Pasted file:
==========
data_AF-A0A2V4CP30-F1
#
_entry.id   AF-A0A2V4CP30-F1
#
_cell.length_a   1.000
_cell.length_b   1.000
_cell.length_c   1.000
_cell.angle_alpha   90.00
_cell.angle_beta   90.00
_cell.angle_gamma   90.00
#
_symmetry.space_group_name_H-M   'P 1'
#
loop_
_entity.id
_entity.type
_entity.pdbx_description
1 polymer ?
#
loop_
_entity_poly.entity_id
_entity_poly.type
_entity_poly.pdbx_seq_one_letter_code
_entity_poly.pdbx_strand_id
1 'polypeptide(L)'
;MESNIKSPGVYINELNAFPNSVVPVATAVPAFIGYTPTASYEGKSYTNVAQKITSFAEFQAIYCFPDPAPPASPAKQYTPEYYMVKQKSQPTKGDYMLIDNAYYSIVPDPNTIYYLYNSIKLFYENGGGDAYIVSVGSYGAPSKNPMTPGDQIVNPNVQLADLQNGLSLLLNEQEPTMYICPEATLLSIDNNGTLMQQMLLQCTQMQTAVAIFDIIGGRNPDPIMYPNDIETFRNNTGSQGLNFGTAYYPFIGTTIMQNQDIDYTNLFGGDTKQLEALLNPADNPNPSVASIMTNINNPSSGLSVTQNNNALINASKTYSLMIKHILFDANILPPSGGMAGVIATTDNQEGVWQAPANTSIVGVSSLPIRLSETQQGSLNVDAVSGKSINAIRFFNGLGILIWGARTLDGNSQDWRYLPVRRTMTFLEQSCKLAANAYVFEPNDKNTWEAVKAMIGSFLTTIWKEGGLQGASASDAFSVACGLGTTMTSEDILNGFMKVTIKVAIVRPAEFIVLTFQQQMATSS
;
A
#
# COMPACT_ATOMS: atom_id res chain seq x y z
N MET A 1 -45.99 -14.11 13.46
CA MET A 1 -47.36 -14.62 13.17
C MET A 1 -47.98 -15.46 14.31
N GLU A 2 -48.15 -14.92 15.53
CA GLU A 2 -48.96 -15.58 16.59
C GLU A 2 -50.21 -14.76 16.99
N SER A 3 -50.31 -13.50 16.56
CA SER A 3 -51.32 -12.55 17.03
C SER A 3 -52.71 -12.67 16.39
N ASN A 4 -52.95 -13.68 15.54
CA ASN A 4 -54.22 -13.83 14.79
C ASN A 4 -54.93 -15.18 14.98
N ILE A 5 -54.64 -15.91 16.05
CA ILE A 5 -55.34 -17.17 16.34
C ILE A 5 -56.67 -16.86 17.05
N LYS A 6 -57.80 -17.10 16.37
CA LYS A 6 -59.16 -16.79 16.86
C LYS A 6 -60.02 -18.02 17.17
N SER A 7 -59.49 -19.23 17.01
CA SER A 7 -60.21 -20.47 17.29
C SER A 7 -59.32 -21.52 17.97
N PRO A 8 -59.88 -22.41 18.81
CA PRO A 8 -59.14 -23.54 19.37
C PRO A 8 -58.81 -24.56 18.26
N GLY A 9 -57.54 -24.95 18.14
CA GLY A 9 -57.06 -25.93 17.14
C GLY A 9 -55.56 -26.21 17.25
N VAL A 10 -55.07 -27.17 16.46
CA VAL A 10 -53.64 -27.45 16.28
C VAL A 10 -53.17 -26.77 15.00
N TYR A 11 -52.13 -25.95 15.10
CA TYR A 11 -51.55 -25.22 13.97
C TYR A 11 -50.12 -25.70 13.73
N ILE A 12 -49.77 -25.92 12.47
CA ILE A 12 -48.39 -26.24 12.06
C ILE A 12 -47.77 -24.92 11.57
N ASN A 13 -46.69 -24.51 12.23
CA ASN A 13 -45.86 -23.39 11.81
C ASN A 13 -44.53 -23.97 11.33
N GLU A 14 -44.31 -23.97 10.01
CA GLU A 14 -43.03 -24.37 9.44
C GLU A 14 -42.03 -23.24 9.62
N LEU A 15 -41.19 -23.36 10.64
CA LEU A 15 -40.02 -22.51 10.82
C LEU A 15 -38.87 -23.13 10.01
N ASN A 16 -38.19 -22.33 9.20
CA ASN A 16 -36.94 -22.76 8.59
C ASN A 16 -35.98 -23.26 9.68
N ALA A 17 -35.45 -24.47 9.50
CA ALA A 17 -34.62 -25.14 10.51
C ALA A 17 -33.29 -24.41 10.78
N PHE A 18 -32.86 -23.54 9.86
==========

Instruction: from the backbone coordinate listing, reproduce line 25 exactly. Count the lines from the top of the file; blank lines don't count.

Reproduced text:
1 'polypeptide(L)'